The rest of the book, like Gaul, is divided into three parts. Part 1, “The Shape of Low Anthropology,” describes its three major pillars: Limitation, Doubleness, and Self-Centeredness. Limitation is the realistic appraisal of humanity’s weaknesses, and then using that knowledge as a liberation from outside pressures. When one accepts their human frailty, they are less likely to burn themselves out with impossible standards of perfection. Doubleness “refers to the competing forces, or voices, that drive our behavior” (66). In other words, so often we know what is right, but we still do what is wrong. In this chapter Zahl makes the first of many mentions of Augustine. Regarding Self-centeredness, Zahl starts to talk in terms that we Lutherans use when discussing the proper distinction between Law and Gospel. “Low anthropology proceeds from the foundational insight that human beings are egocentric and—crucially—that this is not a neutral trait” (89). The chapter ends with the strong declaration: “Forgiveness is the only way out” (109). Zahl elaborates on this later.
Part 2 is “The Mechanics of Low Anthropology.” The first chapter is on how we have a tendency to gravitate toward high anthropology, even making excuses to avoid a lower view. Zahl goes to great lengths to explain that low anthropology is different from self-loathing, and it is certainly not depression (which he says as a man who, himself, has been diagnosed with clinical depression). His heart goes out to the many people who were raised in churches that beat them down with guilt trips and oppressive law without any real understanding or proclamation of the gospel. A proper appraisal of our human nature should rather be used to prepare us to hear the promises of God: “The most potent [promises] are not premised on our readiness or openness. Perhaps this is what makes the promise of God to intervene with love on behalf of those wrapped up in all manner of avoidance so persuasive” (132). The second chapter in this section lists the fruit of low anthropology, which Zahl lists as humility, unity, community, courtesy, humor, and compassion.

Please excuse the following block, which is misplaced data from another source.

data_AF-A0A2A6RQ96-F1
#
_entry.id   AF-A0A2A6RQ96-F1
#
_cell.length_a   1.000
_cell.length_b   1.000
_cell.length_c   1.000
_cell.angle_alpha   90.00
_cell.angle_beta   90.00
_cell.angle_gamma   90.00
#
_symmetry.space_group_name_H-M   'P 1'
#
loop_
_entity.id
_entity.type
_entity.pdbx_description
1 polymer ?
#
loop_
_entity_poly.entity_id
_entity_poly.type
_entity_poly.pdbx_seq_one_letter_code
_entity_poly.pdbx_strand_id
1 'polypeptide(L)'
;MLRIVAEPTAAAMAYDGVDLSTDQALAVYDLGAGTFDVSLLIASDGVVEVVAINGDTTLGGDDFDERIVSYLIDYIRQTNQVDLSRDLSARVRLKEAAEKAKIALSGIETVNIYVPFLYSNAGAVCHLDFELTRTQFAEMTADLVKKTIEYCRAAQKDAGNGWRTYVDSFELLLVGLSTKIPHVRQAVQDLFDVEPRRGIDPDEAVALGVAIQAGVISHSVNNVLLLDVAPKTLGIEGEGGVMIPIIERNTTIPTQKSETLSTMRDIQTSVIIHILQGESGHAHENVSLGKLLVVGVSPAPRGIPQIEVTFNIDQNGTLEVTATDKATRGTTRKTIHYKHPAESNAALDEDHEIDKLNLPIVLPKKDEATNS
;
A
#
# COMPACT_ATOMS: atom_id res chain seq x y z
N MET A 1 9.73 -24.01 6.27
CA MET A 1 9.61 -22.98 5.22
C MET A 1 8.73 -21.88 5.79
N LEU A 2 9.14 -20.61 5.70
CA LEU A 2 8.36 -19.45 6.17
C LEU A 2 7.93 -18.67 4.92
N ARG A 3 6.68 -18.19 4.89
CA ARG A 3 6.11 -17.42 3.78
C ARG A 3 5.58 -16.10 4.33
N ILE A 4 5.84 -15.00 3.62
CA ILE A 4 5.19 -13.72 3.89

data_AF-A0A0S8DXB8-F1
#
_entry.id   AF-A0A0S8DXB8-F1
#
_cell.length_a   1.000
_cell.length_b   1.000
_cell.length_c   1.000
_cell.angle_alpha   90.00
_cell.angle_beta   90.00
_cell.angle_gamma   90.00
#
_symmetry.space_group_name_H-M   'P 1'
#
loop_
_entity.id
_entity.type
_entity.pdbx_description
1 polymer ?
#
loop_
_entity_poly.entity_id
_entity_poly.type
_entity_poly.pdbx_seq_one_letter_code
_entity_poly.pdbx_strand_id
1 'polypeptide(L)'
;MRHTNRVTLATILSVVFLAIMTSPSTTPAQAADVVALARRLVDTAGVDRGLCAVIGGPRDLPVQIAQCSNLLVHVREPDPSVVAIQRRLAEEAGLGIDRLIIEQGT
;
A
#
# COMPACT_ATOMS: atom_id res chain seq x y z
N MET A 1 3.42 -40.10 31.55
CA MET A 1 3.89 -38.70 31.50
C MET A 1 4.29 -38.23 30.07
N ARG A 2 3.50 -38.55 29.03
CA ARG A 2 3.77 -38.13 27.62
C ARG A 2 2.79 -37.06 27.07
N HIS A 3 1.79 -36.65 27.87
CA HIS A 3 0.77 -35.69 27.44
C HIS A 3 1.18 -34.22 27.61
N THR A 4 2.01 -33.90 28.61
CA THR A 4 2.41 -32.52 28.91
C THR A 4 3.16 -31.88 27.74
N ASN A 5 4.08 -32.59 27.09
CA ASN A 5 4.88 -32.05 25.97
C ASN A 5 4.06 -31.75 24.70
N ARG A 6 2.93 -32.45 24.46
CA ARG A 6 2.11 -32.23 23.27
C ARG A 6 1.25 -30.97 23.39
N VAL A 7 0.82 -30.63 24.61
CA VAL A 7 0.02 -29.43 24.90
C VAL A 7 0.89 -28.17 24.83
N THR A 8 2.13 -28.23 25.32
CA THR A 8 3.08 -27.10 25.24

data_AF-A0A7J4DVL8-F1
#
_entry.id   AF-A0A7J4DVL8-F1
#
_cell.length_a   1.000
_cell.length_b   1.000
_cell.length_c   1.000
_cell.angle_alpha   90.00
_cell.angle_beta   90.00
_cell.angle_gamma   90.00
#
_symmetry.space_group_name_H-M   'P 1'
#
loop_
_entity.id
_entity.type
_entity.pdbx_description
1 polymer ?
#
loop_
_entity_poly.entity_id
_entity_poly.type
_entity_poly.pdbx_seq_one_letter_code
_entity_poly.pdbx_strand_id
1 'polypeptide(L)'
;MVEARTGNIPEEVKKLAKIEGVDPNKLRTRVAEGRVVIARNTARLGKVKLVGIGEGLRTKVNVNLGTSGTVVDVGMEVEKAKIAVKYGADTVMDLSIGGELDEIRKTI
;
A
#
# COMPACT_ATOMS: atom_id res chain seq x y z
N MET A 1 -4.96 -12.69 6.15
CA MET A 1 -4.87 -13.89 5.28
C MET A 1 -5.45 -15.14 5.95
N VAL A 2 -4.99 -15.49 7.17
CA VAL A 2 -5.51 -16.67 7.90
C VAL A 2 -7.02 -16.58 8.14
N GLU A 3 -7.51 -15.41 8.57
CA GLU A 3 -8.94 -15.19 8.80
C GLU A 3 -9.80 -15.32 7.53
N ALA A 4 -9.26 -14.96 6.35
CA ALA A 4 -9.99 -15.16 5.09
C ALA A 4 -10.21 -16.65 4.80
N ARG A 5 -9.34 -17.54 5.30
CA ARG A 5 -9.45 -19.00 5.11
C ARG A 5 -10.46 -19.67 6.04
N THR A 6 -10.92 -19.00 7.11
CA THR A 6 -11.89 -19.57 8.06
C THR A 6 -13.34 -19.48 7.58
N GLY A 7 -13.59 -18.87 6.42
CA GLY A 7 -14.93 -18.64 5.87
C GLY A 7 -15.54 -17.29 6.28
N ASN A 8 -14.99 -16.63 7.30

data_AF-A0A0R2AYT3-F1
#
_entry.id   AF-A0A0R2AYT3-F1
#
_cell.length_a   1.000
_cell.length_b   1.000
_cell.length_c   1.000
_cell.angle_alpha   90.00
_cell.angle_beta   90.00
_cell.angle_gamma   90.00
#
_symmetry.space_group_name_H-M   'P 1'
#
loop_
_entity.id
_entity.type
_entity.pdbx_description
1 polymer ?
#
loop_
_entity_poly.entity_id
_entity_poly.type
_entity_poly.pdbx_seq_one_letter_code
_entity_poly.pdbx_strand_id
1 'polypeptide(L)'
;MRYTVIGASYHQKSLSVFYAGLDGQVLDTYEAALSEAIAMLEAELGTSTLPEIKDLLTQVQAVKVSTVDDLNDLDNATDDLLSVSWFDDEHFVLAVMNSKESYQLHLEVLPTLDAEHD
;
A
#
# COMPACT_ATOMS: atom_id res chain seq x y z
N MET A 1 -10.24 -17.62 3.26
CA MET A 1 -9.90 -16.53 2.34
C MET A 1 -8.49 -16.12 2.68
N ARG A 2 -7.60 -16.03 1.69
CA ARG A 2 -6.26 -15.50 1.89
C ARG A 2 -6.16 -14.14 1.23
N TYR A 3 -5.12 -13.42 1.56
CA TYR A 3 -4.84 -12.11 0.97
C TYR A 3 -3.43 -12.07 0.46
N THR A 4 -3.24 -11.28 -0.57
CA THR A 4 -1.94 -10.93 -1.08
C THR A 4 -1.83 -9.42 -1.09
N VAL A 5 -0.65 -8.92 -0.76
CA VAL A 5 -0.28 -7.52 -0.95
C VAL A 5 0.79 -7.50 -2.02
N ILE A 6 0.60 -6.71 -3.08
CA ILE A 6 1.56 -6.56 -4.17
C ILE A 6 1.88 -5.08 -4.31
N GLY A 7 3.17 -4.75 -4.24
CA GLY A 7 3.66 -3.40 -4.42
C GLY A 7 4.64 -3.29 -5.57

Finally, part 3 is “The Life of Low Anthropology.” The four chapters in this section talk about how low anthropology affects our sense of self, our relationships, our politics, and our religion. These short chapters are a sort of “So what?” section, where Zahl does his best to show that low anthropology has immanent practical applications to our lives. I thought the most useful chapter in this section was the final one on religion. Zahl demonstrates his understanding of the difference between justification and sanctification (and the proper distinction between law and gospel). He vehemently argues against Christian perfectionism, calling it a product of high anthropology rather than high theology, and rightly labeling it as Semi-Pelagianism. Rather than conversion making someone less limited, less doubled, and less self-centered, Zahl invokes Luther’s simul justus et peccator to conclude: “In so many ways, the Christian actually seems to remain the same person after conversion” (190).